Despite their important implications for interpersonal behaviors and relations, cognitive abilities have been largely ignored as explanations of prejudice.Findings taken from numerous research projects strongly indicate that prejudice, racism and intolerance are more likely to be present in individuals with greater cognitive rigidity, less cognitive flexibility
and lower integrative complexity
The researchers proposed and tested mediation models in which lower cognitive ability predicts greater prejudice, an effect mediated through the endorsement of right-wing ideologies (social conservatism, right-wing authoritarianism) and low levels of contact with out-groups.
In an analysis of two large-scale, nationally representative United Kingdom data sets (N = 15,874), it was found that lower general intelligence (g) in childhood predicts greater racism in adulthood, and this effect was largely mediated via conservative ideology.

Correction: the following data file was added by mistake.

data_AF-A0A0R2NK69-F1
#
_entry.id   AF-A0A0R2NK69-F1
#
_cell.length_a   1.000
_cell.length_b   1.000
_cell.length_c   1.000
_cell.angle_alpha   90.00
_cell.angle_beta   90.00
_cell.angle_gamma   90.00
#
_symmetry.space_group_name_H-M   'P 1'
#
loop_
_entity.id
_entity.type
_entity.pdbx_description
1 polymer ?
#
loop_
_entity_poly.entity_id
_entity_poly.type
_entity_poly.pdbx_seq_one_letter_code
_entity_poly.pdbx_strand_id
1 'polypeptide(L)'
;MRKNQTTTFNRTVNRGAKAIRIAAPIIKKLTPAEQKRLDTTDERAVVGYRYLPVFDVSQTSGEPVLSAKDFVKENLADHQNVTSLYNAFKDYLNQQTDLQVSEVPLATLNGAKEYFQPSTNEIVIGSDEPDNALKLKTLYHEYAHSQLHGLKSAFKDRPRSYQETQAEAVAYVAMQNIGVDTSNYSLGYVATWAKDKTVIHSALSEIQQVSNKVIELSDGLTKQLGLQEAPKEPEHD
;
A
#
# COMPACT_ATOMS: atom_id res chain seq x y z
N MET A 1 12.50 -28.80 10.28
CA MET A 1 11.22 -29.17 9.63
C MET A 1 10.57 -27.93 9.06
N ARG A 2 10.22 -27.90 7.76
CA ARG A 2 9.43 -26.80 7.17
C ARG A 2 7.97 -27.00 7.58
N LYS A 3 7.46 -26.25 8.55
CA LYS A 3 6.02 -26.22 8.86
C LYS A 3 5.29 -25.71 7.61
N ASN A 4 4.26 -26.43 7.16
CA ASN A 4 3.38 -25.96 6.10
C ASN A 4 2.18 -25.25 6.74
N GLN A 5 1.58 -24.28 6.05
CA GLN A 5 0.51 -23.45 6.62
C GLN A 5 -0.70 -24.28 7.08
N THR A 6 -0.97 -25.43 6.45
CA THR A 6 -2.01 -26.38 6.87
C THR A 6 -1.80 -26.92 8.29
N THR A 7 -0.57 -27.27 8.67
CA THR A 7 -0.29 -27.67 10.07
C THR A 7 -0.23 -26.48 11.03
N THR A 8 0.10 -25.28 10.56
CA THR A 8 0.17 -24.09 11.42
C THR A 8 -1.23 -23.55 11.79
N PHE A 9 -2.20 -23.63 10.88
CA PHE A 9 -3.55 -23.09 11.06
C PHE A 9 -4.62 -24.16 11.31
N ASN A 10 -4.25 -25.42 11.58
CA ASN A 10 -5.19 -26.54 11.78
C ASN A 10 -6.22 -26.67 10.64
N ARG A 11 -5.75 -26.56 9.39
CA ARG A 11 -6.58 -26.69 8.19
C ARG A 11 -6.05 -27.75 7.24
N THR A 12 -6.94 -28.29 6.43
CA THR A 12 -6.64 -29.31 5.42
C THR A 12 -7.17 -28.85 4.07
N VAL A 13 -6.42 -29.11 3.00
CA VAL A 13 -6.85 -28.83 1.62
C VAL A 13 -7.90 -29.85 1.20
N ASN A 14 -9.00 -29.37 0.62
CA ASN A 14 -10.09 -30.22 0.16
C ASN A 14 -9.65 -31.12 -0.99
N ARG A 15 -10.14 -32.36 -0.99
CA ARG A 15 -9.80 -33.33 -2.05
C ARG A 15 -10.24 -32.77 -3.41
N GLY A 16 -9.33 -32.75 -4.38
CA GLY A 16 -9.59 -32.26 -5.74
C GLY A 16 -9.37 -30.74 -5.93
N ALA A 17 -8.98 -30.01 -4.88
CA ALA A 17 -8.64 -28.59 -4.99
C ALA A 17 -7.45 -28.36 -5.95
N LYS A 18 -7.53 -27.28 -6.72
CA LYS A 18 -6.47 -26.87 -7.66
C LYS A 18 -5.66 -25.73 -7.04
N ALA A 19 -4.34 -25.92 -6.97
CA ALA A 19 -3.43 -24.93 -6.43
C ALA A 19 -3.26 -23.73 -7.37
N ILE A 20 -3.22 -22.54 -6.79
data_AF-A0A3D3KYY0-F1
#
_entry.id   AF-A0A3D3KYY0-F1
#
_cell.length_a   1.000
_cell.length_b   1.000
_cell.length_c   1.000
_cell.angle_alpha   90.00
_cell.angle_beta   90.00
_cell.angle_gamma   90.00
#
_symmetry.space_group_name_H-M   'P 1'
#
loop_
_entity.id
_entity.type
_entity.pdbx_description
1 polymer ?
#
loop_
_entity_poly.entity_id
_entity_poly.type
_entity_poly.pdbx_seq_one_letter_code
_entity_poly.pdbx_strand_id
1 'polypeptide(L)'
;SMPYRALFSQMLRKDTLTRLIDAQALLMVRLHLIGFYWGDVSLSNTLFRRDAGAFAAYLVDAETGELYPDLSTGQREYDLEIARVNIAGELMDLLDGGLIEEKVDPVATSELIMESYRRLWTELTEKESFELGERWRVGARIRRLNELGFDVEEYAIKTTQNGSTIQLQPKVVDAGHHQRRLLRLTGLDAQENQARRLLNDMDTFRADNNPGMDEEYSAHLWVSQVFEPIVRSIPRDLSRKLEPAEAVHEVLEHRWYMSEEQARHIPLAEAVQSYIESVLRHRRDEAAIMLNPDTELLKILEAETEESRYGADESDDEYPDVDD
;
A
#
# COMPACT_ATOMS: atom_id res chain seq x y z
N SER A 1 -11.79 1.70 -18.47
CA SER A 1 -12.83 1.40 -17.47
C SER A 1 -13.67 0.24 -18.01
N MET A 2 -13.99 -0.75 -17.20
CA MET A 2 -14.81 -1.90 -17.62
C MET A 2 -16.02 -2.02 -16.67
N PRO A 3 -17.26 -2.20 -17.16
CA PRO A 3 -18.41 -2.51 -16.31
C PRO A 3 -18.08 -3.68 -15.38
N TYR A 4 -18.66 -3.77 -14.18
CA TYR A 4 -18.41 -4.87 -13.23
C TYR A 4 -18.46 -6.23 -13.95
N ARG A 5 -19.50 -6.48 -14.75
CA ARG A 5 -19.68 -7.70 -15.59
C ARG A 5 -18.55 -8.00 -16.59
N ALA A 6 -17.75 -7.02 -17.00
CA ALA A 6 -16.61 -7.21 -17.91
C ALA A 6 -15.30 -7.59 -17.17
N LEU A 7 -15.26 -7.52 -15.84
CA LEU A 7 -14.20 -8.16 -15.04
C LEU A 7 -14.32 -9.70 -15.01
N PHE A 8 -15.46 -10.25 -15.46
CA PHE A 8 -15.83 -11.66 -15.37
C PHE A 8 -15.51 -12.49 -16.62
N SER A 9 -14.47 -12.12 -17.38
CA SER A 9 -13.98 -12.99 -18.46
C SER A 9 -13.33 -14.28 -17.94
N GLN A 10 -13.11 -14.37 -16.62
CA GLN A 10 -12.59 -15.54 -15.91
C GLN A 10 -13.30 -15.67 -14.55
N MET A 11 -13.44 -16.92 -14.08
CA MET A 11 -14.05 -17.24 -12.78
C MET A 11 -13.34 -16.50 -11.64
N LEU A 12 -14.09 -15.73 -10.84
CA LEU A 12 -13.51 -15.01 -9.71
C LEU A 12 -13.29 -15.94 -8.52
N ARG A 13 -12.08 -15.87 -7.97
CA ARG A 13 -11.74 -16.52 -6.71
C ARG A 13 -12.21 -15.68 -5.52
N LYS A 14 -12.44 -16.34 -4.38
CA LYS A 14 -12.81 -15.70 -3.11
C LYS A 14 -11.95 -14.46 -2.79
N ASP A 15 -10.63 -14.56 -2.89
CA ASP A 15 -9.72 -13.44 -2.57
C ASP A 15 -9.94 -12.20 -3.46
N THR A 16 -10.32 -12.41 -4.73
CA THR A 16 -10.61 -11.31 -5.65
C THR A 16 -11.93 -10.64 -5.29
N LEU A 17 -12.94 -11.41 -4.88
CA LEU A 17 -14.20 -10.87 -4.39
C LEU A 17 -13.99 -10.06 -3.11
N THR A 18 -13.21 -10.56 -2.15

A secondary analysis of a U.S. data set confirmed a predictive effect of poor abstract-reasoning skills on antihomosexual prejudice, a relation partially mediated by both authoritarianism and low levels of intergroup contact. All analyses controlled for education and socioeconomic status.
The results suggest that cognitive abilities play a critical, albeit underappreciated, role in prejudice. Consequently, the researchers recommend a heightened focus on cognitive ability in research on prejudice and a better integration of cognitive ability into prejudice models.
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